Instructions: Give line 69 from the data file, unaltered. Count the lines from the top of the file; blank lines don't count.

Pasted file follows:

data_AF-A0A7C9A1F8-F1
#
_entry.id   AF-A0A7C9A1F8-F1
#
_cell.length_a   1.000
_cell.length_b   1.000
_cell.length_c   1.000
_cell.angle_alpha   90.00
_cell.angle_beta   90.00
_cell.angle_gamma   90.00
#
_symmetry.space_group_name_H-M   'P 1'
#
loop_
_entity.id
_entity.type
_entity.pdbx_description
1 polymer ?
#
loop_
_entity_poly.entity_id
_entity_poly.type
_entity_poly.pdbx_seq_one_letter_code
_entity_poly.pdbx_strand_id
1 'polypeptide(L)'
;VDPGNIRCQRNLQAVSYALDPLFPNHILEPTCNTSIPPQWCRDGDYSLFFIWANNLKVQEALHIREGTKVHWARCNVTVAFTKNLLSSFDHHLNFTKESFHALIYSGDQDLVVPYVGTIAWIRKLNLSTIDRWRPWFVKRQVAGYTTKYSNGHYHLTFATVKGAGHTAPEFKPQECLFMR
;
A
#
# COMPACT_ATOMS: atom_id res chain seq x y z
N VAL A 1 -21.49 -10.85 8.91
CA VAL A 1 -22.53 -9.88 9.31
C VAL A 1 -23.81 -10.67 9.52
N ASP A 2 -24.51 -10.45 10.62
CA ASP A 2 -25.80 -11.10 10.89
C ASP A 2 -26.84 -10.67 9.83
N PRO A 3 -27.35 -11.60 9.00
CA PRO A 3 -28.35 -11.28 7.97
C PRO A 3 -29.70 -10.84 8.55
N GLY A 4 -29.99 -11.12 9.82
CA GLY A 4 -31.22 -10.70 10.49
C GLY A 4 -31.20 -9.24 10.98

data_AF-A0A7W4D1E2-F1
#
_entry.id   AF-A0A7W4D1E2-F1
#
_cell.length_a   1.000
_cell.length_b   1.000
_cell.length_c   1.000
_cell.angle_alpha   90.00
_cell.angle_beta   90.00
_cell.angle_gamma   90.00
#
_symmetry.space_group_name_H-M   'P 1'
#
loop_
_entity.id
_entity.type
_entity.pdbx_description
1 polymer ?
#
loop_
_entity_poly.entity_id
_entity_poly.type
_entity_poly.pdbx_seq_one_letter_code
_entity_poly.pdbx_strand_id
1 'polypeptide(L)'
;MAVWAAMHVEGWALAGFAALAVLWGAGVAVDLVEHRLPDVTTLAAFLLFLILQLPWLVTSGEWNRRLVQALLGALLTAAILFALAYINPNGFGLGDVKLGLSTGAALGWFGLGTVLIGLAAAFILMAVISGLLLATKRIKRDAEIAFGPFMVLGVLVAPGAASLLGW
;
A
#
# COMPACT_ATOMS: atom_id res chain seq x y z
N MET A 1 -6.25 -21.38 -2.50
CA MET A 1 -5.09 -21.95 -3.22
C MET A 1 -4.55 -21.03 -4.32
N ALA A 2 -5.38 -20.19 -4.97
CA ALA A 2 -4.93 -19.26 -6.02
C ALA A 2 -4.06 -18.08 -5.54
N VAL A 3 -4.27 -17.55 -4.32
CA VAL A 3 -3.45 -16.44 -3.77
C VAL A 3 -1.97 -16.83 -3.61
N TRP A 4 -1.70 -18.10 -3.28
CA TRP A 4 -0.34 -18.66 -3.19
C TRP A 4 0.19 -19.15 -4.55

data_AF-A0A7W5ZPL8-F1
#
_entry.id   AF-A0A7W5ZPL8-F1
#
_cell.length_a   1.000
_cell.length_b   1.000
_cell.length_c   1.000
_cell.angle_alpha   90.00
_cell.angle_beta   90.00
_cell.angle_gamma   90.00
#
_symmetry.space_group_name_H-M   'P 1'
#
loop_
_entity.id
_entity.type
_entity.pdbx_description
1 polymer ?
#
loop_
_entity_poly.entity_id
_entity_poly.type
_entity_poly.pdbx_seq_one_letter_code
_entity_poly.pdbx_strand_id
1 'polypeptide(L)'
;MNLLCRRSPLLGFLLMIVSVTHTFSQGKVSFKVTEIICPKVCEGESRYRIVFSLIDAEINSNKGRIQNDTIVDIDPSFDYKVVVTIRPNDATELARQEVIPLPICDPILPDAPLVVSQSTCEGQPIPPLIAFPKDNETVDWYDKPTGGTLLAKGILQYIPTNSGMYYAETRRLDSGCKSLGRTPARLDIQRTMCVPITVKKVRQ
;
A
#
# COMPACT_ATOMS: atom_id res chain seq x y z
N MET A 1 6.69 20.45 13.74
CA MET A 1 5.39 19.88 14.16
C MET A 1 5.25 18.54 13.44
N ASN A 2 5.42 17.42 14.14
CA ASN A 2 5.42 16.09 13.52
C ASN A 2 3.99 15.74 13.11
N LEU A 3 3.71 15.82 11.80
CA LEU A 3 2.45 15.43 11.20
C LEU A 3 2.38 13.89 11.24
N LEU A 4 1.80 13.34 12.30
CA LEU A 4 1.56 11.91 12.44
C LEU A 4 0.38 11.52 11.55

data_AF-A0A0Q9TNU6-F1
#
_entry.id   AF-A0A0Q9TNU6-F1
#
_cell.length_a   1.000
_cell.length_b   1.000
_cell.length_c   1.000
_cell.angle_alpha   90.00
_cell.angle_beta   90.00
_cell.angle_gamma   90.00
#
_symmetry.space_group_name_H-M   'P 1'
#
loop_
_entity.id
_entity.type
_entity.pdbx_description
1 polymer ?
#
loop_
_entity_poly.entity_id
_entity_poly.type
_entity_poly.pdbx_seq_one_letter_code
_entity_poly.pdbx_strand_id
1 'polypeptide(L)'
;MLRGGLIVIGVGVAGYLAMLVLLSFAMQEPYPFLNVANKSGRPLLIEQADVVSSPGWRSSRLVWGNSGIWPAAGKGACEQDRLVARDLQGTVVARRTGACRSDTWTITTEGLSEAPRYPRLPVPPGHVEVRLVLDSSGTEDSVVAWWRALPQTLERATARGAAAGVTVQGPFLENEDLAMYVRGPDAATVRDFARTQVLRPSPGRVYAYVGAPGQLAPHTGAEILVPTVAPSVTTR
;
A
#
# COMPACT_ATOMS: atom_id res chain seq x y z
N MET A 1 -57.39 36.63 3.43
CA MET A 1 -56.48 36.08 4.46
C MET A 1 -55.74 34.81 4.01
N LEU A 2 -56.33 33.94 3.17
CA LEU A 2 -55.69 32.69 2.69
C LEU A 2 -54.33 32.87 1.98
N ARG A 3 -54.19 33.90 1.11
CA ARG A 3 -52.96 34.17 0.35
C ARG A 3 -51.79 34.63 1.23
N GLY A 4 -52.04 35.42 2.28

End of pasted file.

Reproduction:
;